My adventure in A & E

Colliemum, Going Postal
Nee naw, nee naw
CharlieLicence CC BY 2.0

I blame Tom Pudding’s excellent article on his experiences in an NHS hospital for penning this report on my adventure in A & E this June.

It started with me having what is called a ‘dry cough’. Nothing to be done about it – ‘tis a viral thingie, so grin and bear it, and that’s what I did. Until … well … one day I woke up from a nice dream which I can’t remember, feeling warm and comfy: someone was making evil hacking noises, raising me from my slumber.

Oh, I realised, that actually was me making that evil noise. And what was this? I wasn’t in bed? Where was I? Curled up on the floor in front of the radiator in the bathroom, that’s where! What? How did I get here? Then it all came back to me: I had been standing at the hand basin, coughing, and so: I fainted, didn’t I! How exciting! And what was this wet stuff on my neck? Kinell: that was blood! My blood! How did that get there? Oh – hit my head on the radiator, didn’t I …

Ah well, first thing to do: get up from the floor. Thanks to my religiously doing proper squats I actually managed that without help. Well, the Princess would’ve been unable to lend me her paws.

Once up I saw that there was actually quite a lot of blood (scalp wounds, I told myself, no worries), but that wound felt ginormous and kept bleeding. All right, ring 999, ask them if they can send a paramedic to stitch it up.

That’s where it all went wrong. After having made reassuring noises about sending an ambulance, 30 minutes later a nurse rang back. I had to tell her what happened, and when she heard that I was on daily aspirin, she told me it was A&E for me, to get scans and stuff to see if I didn’t have a bleed in the brain. Gawd. Now I was scared. While I waited for the taxi they were sending to take me to A & E – not an ambulance, see, a proper taxi – I emailed my neighbour to ask if she could come and feed the Princess in case I wasn’t back, and then the dog walker who came haring to the house. He was all reassurance and told me he’d pick me up from ‘that’ place once I was through, any time, afternoon, evening, night: no matter.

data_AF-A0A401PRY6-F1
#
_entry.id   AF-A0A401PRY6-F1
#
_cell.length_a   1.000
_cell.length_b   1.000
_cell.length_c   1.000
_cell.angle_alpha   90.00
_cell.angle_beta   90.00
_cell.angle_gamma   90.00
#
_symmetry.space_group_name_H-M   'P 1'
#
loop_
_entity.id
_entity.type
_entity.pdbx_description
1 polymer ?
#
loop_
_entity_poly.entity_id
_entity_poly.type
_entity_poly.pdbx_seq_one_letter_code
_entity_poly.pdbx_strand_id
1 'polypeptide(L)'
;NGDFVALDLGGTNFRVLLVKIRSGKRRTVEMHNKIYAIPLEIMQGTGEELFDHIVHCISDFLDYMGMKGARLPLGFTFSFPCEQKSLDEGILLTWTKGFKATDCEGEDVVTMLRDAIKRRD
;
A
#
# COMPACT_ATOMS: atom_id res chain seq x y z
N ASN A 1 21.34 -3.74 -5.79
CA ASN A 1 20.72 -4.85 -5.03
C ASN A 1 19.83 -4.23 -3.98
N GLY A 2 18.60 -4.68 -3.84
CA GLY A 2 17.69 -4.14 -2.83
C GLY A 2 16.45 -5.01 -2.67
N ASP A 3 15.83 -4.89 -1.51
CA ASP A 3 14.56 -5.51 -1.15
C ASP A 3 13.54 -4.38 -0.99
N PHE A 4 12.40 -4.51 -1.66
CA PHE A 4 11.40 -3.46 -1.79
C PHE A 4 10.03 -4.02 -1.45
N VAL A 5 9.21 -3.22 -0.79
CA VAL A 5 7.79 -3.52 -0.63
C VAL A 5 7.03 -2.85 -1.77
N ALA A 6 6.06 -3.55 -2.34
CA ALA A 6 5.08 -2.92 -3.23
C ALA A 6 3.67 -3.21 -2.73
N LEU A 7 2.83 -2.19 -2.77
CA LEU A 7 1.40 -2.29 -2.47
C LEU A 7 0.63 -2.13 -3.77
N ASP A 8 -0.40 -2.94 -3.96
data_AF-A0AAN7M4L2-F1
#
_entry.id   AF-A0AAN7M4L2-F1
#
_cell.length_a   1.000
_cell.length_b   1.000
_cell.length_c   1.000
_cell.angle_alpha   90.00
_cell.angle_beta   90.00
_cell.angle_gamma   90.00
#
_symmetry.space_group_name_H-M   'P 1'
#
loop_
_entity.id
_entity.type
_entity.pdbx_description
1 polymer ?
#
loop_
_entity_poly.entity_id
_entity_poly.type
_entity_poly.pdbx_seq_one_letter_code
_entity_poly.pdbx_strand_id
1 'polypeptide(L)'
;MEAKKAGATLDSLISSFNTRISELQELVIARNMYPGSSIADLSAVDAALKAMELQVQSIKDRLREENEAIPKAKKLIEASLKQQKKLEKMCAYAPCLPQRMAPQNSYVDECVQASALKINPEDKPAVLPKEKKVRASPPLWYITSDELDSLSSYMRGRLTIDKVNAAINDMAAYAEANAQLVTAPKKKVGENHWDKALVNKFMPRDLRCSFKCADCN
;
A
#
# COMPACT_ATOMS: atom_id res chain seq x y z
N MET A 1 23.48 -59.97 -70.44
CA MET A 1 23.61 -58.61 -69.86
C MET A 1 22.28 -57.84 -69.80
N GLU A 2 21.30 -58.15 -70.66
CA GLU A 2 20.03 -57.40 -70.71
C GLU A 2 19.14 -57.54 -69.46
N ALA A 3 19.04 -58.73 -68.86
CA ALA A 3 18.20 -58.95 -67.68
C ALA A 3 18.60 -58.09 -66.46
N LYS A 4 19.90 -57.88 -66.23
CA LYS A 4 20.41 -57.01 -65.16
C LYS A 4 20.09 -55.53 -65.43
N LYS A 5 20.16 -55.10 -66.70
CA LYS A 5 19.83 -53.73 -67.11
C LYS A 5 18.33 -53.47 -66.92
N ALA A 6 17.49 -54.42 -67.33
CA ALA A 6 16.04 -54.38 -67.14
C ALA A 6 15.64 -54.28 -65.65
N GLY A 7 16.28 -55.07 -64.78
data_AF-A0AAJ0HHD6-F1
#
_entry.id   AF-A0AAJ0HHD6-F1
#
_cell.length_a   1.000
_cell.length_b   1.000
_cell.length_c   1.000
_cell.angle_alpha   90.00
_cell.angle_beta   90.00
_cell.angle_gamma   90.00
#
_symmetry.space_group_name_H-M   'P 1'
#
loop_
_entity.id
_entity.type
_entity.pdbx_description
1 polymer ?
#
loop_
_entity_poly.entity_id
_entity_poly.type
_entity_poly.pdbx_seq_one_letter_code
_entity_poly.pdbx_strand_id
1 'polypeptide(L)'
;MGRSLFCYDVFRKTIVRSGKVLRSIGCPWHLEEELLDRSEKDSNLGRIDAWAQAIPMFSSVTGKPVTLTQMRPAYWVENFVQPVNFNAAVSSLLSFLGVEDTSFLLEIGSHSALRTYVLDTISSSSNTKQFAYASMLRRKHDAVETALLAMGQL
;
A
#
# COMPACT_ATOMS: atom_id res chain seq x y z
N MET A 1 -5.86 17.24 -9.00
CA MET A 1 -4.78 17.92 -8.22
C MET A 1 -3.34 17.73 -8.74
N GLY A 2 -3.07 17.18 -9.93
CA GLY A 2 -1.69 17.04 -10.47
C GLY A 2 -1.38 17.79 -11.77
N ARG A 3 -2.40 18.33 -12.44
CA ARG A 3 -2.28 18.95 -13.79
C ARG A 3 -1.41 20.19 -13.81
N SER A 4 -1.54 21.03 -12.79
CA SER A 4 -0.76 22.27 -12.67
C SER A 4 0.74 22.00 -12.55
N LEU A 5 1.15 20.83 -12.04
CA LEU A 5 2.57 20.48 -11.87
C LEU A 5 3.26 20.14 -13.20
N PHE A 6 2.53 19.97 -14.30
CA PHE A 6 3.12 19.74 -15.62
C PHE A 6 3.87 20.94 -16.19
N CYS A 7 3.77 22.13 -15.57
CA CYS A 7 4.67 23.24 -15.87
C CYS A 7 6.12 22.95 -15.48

So off I went in that taxi, a towel fashionably draped across the back of my still bleeding skull.  The waiting room at A & E was heaving. From a prisoner with a police officer each side to blokes with sports injuries to whole families of a certain religious persuasion:  the whole life of Kairdiff was represented. So I waited … I wasn’t that keen to read my Kindle book: too noisy, and a headache had started.

After an hour I got to see the triage nurse. Went through the whole rigmarole of what happened. Got my blood pressure taken. Thank you, Princess: because of you it was brilliantly low (somewhere around 125, I forget). Then more waiting in the A & E inner waiting room for ‘processed’ patients. And then I got to see the doctor who was detailed to look after me.

Poor man! He was a Dr Chan and most charming! He was from somewhere Far East and had been in glorious Kairdiff A & E for all of four weeks. So obviously he hadn’t yet learned the proper procedure of dealing with obstreperous old wimmin like me. For example, he actually apologised for having to get into one of my veins to take blood for that blood test! Frankly, I’ve had blood taken by doctors and nurses who just hacked into me, ‘just a little scratch’, producing some amazing bruises while they were at it. No apologies, evah! Dr Chan not only apologised, he did that procedure so well that, when he removed the needle, there was only a pinprick of blood to be seen. No bruises either. So – it can be done!